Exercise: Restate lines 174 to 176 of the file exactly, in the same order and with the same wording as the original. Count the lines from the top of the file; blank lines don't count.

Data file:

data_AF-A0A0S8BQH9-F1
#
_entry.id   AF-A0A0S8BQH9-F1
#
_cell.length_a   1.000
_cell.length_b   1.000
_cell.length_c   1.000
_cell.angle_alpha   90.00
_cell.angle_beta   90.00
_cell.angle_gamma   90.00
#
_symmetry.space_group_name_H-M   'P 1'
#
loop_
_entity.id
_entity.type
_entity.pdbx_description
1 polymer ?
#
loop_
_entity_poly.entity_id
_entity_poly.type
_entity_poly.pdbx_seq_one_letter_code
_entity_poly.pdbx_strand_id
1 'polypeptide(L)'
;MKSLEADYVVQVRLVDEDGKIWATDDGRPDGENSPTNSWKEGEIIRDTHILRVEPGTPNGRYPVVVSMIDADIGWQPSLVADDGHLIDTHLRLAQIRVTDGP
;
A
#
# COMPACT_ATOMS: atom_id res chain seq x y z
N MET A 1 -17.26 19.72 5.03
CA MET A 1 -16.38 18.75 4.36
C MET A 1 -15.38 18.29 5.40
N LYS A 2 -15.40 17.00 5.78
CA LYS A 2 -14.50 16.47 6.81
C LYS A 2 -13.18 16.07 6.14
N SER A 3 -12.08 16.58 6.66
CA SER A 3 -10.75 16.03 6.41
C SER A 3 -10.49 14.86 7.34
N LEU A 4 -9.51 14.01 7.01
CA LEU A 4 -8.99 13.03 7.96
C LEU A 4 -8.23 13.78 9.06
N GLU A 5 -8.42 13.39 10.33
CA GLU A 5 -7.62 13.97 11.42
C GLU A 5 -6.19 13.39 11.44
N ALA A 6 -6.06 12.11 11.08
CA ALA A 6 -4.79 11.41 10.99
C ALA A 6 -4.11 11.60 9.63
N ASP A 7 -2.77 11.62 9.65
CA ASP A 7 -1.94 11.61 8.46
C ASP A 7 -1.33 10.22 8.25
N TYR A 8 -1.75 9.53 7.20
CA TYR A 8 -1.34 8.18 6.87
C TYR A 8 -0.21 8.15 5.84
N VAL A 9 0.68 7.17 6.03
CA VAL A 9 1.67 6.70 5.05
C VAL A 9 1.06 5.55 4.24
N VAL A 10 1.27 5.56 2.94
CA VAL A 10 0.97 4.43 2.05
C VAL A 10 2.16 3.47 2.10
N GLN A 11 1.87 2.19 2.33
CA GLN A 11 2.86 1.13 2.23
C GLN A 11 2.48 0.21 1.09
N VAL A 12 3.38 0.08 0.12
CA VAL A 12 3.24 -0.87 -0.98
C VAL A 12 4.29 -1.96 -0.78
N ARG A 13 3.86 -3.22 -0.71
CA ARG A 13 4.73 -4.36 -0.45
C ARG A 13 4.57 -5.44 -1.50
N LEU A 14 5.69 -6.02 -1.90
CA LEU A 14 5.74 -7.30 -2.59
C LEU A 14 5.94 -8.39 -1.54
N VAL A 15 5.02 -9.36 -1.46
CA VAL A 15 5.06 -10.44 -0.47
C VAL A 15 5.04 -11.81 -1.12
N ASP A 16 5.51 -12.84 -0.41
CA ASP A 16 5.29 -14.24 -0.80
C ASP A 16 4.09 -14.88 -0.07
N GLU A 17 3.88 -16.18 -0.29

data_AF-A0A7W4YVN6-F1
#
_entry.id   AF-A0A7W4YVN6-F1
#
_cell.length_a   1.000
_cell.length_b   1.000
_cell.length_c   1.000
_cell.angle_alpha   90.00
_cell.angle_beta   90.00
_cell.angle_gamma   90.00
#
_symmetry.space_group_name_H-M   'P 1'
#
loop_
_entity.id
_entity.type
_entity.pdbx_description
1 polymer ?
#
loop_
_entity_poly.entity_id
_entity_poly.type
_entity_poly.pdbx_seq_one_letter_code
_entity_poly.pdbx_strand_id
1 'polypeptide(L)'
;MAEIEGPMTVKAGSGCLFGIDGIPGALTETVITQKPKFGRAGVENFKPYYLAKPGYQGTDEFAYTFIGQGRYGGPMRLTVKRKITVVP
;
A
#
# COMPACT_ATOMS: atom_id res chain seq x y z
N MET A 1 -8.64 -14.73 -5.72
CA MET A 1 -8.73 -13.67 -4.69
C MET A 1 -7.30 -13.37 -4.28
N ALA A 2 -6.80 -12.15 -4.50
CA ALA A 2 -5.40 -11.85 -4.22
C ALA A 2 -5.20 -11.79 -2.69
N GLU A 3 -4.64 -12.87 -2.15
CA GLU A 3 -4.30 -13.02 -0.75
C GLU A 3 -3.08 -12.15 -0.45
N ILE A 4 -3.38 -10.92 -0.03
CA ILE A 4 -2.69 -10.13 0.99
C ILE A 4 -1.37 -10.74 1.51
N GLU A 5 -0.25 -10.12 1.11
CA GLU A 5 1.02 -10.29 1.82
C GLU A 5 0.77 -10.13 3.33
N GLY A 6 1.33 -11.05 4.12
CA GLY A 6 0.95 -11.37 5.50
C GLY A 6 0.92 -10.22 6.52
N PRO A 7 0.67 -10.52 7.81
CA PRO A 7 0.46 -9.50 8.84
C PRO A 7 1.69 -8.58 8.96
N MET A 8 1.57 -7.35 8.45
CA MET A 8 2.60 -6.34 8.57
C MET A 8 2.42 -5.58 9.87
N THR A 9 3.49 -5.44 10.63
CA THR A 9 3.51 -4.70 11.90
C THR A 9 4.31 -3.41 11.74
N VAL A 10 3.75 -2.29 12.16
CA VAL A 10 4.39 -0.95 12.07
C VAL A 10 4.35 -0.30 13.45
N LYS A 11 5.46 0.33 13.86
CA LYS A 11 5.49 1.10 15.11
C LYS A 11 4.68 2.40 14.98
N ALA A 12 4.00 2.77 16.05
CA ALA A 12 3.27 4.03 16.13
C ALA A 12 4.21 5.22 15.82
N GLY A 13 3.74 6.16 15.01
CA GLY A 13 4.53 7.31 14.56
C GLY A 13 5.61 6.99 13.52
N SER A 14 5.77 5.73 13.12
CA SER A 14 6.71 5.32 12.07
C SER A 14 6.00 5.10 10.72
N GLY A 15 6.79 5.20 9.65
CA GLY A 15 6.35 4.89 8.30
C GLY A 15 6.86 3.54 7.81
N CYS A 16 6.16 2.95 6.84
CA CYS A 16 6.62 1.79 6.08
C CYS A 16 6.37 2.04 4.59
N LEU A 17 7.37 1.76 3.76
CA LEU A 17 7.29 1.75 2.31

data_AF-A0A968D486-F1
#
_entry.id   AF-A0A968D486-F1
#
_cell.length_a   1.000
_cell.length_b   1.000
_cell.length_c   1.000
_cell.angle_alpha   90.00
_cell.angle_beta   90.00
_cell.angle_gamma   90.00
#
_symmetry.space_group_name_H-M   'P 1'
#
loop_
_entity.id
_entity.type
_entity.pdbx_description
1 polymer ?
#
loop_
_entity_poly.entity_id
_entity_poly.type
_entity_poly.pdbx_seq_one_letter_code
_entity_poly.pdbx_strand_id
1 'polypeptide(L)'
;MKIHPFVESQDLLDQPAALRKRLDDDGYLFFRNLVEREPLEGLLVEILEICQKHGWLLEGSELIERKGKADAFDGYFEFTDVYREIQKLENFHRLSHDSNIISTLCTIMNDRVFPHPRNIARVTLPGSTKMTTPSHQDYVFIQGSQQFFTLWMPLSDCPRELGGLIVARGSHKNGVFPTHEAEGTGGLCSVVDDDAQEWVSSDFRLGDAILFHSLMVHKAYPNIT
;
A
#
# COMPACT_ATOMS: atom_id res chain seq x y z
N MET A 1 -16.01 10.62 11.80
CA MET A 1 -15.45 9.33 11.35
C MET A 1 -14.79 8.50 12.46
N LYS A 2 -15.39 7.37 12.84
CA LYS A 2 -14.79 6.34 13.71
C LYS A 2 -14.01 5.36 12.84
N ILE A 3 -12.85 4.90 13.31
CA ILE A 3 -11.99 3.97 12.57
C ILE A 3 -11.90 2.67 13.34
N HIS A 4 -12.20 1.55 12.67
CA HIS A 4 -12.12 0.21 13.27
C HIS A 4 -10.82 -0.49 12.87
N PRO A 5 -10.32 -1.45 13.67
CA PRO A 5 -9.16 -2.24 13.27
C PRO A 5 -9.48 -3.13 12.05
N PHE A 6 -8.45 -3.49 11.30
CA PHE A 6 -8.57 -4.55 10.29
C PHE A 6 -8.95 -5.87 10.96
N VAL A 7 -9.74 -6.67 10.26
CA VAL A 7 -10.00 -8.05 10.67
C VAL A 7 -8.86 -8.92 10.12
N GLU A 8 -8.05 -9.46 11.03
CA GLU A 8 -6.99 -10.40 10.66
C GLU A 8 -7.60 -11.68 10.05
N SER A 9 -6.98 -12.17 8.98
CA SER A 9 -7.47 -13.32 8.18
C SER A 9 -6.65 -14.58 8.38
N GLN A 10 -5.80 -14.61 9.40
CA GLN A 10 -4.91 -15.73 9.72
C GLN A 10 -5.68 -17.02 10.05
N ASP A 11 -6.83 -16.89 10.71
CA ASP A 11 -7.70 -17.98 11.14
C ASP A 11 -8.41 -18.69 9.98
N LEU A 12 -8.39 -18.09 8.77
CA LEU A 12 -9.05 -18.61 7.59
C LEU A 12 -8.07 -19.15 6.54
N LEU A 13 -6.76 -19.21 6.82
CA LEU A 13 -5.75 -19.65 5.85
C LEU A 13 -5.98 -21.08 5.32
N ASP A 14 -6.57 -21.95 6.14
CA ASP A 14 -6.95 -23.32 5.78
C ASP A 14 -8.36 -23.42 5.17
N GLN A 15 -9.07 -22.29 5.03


_entity.id
_entity.type
_entity.pdbx_description